Blog / Venture Capital & Venture Capitalist - In Layman Terms

Venture Capital & Venture Capitalist - In Layman Terms

Have you met Jim? Jim is 28 years old, graduated from a top MBA school at the top of his class, and has a stellar entrepreneurial idea to create a mobile application that can help couples who are getting hitched request for and manage their incoming gifts for their big day. The idea garners gallons of interest from his fellow graduates, three of who join him in bootstrapping ‘Nuptials Inc.’, a small self-funded company.

The Entrepreneur

Jim leads the pack, David controls the finances, Jane is the face of marketing and Samuel codes his way through life. After months of deliberation, they ready the beta version of their app when Jim realizes that the company is short by about $120,000 to fully develop and market the product. He approaches Platitude LP, a venture capital (VC) firm known for supporting young entrepreneurs.

The Venture Capital Fund

Wealthy private investors, pension funds, insurance companies, etc. place heaps of faith in Platitude LP due to its venture capital fund success. The firm pools money from these entities, spots high-growth potential startup businesses with bull’s eye precision and invests this money, hoping for high returns in about 5 years. Platitude generally demands about 25% of the startup’s earnings as compensation and a small percentage as management fees. It’s like buying the shares of a company and becoming a financial partner.

The Venture Capitalist

Emily is a picky venture capitalist and investment committee member at Platitude who injects funds into startups created by MBA graduates. She takes these investment risks because she believes some of them can produce high-profit yields. Emily is also wary of potential failures due to the inexperience of startup companies. She only backs companies that:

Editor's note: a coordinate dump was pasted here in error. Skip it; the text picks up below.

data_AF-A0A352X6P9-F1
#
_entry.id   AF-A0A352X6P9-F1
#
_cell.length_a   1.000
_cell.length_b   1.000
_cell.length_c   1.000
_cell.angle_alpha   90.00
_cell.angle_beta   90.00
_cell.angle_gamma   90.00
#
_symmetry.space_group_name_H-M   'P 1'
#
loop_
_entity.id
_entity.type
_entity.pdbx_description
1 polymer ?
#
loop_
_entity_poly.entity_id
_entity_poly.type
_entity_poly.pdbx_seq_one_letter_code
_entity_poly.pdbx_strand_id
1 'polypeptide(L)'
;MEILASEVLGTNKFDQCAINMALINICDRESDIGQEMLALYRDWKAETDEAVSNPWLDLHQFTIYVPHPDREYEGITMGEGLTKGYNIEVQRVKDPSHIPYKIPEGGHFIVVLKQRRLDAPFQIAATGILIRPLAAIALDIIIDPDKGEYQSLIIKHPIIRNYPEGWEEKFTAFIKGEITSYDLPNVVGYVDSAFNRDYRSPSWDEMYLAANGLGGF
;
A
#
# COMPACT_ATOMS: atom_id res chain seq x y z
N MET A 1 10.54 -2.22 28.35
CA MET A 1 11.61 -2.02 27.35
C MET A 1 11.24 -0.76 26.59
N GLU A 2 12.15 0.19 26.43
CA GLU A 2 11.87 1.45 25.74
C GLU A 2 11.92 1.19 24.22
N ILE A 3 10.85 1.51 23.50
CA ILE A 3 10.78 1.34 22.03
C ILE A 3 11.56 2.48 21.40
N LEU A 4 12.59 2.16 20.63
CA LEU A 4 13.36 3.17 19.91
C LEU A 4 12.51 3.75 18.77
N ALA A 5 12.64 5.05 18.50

• Have a shrewd management team and a strong business model.
  • Are looking to commercialize their idea, and not to start from scratch
  • Have a unique product with a competitive advantage
  • Want to launch the product in an industry where investor has some experience
  • Are open-minded about some of the investors’ ideas

The Deal

Jim braces for his big meeting with Emily. He pitches his idea to her, hoping for a gleaming outcome. His goal was to hit $120k, for which he was prepared to offer 20% of his company. Highlights of his presentation included:

  • Company description
  • Terms of the funding
  • Market analysis
  • Competition analysis
  • Go-to market plan
  • Sales and promotion strategy
  • Financial projections
  • Exit strategy

Originally from the match-making industry, Emily catches hold of Jim’s idea. She decides to deploy $100,000 as equity financing to Nuptials Inc. in exchange for a 30% stake in the startup. Jim is thrilled about the amount from Emily, but still frowns at the 30% slice of his company that she wants. They shake hands. Emily hands over the term sheet, a non-binding document that explains the basic terms and conditions of the investment agreement. Jim signs the dotted line and gets the startup capital or first-round funding.

The Public Offering

Nuptials shows a lot of promise in its performance in the first two years. Emily further grants the company some expansion stage capital for penetrating other geographical markets or starting another product line. After years of successfully operating his business, Jim contemplates about an initial public offering (IPO), backed by Platitude LP. He would need Platitude’s approval for going public. This exit strategy could prove lucrative for both Nuptials Inc. and Platitude, as a well-oiled company will churn a lot of returns. Platitude helps Jim with the bridge capital or fourth-round funding to facilitate this exit process. At this juncture, he could think about merging or acquiring related/competition companies.

There are others like Jim who get VCs to invest in their companies, but don't necessarily perform as well as he does. Emily identifies players like this from miles away and pulls out of any deal she may have struck with them. In fact, she understands that about 80% of startups worldwide are unable to survive being the first year.